Charlie’s asbestos lung-screening program gives hope - Institute for Respiratory Health

Charlie’s asbestos lung-screening program gives hope

Tuesday, August 24, 2021 | Research

A Western Australian life-saving Asbestos Review Program (ARP), based at Sir Charles Gairdner Hospital, whose early detection of the deadly asbestos lung cancer – mesothelioma is giving hope to many across the state, has just screened its 5,000th patient.

Sandra Topperwien, 73, was diagnosed with pleural plaque on the lungs after a bout of pneumonia.

“I was exposed to asbestos at a mine site in the Northern Territory in the 1990s where I worked as a cleaner,” said Mrs Topperwien.

“I also used to wash my husband’s overalls when he was in the navy, which would be covered in blobs of cement-based asbestos. Not knowing the dangers at the time, I also used to play with it as a kid.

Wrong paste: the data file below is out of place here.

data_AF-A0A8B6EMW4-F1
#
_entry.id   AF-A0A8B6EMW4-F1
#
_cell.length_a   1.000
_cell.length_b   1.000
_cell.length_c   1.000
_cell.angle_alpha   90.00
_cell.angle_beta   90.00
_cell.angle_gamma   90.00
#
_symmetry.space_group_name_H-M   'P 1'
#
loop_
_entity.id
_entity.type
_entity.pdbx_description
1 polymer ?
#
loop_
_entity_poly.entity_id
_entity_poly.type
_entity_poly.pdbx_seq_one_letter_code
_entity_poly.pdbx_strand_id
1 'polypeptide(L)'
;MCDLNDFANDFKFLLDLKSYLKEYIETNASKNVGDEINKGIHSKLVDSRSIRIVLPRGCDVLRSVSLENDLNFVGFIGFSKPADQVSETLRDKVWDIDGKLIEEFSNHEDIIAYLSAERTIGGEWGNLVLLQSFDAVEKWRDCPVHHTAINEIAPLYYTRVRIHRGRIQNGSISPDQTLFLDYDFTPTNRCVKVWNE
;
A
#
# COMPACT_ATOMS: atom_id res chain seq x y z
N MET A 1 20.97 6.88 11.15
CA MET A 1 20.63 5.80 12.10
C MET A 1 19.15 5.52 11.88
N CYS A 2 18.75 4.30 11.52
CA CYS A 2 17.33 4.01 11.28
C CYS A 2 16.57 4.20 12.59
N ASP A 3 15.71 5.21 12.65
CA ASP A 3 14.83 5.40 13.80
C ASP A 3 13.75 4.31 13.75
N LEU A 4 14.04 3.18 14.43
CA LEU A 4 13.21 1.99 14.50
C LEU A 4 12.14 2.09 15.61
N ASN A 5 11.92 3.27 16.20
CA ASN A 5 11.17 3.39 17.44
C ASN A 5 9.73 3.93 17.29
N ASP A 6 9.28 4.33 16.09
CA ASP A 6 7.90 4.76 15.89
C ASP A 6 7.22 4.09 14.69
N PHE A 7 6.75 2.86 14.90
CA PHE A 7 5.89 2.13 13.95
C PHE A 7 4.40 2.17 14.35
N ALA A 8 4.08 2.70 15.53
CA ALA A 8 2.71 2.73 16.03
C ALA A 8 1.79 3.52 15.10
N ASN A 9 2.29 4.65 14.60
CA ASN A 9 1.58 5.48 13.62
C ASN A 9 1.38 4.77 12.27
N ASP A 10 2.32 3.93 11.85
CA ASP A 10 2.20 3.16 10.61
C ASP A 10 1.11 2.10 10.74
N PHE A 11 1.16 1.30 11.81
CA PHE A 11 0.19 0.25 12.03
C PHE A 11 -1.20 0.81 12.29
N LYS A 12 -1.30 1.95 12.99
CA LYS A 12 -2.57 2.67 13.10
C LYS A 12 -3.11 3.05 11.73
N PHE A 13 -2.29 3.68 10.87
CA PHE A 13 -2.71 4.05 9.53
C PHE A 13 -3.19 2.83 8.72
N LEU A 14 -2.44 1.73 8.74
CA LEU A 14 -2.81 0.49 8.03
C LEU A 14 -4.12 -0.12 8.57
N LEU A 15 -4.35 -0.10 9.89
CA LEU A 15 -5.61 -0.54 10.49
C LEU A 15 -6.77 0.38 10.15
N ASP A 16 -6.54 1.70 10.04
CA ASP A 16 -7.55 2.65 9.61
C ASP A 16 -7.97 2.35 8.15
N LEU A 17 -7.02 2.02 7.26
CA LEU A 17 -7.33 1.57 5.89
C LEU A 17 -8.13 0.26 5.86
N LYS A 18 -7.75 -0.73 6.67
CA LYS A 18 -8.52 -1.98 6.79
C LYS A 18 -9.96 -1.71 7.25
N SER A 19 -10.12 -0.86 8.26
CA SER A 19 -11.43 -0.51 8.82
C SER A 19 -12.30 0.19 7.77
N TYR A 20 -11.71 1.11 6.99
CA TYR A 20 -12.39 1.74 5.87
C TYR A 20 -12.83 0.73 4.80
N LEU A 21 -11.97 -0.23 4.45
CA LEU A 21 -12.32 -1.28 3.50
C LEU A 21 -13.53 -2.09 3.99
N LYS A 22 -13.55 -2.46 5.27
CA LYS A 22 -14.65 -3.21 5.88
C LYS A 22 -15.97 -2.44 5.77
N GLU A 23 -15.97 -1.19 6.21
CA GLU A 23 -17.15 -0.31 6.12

“Fortunately, at this stage, I don’t have mesothelioma but it can take years to develop. So, I’m grateful I can have annual check-ups at a state-of-the-art lung-screening facility right on my doorstep. It’s a preventative measure which gives me peace of mind.”

Mesothelioma affects the mesothelial tissue surrounding the lungs. The aggressive cancer can develop decades after asbestos exposure.

Professor Fraser Brims from the Institute for Respiratory Health said the ARP based at Sir Charles Gairdner hospital, is open to anyone who has had more than three months asbestos exposure, or x-ray changes from asbestos.

“Not only have we helped 5,000 patients since the program commenced in 1991, we’ve performed more than 29,000 chest x-rays, 11,500 CT scans, 45,000 blood tests and 49,000 lung function tests,” said Professor Brims.

“We’ve also pioneered modern technology with ultra-low dose CT scans to detect lung cancer, mesothelioma and scarring of the lung tissue (asbestosis) at an early stage. This means we can treat patients with the disease early and help to save lives.”

Sandra said she was proud to be part of the life-changing program and the 5000th patient, “The team are screening patients early but they’re also gathering data and learning more about this deadly disease, which will help other patients in the future. One day I hope they find a cure.”